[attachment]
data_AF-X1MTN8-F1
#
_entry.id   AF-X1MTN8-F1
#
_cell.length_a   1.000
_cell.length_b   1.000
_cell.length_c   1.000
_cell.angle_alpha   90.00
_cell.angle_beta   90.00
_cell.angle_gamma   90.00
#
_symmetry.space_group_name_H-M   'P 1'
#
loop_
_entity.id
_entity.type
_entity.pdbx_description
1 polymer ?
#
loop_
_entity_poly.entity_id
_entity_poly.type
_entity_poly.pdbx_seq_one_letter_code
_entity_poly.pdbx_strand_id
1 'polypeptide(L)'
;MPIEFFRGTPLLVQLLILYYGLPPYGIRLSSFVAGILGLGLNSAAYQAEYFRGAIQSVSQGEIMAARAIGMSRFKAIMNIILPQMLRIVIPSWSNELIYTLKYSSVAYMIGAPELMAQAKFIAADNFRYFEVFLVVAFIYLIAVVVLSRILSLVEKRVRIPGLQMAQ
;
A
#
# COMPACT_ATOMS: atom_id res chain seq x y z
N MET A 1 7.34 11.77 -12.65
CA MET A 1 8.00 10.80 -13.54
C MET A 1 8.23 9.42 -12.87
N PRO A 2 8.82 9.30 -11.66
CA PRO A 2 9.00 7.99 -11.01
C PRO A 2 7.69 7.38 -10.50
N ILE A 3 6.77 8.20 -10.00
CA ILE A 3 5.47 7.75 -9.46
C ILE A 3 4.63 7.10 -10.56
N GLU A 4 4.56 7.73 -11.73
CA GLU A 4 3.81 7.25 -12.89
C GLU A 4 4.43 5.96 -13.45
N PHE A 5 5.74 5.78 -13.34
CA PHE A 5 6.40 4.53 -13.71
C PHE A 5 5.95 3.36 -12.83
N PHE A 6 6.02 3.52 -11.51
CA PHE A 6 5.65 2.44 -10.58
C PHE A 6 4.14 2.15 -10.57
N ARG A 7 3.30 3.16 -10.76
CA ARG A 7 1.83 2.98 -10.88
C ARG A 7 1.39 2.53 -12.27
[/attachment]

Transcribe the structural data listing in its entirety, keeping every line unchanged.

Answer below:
data_AF-X1MTN8-F1
#
_entry.id   AF-X1MTN8-F1
#
_cell.length_a   1.000
_cell.length_b   1.000
_cell.length_c   1.000
_cell.angle_alpha   90.00
_cell.angle_beta   90.00
_cell.angle_gamma   90.00
#
_symmetry.space_group_name_H-M   'P 1'
#
loop_
_entity.id
_entity.type
_entity.pdbx_description
1 polymer ?
#
loop_
_entity_poly.entity_id
_entity_poly.type
_entity_poly.pdbx_seq_one_letter_code
_entity_poly.pdbx_strand_id
1 'polypeptide(L)'
;MPIEFFRGTPLLVQLLILYYGLPPYGIRLSSFVAGILGLGLNSAAYQAEYFRGAIQSVSQGEIMAARAIGMSRFKAIMNIILPQMLRIVIPSWSNELIYTLKYSSVAYMIGAPELMAQAKFIAADNFRYFEVFLVVAFIYLIAVVVLSRILSLVEKRVRIPGLQMAQ
;
A
#
# COMPACT_ATOMS: atom_id res chain seq x y z
N MET A 1 7.34 11.77 -12.65
CA MET A 1 8.00 10.80 -13.54
C MET A 1 8.23 9.42 -12.87
N PRO A 2 8.82 9.30 -11.66
CA PRO A 2 9.00 7.99 -11.01
C PRO A 2 7.69 7.38 -10.50
N ILE A 3 6.77 8.20 -10.00
CA ILE A 3 5.47 7.75 -9.46
C ILE A 3 4.63 7.10 -10.56
N GLU A 4 4.56 7.73 -11.73
CA GLU A 4 3.81 7.25 -12.89
C GLU A 4 4.43 5.96 -13.45
N PHE A 5 5.74 5.78 -13.34
CA PHE A 5 6.40 4.53 -13.71
C PHE A 5 5.95 3.36 -12.83
N PHE A 6 6.02 3.52 -11.51
CA PHE A 6 5.65 2.44 -10.58
C PHE A 6 4.14 2.15 -10.57
N ARG A 7 3.30 3.16 -10.76
CA ARG A 7 1.83 2.98 -10.88
C ARG A 7 1.39 2.53 -12.27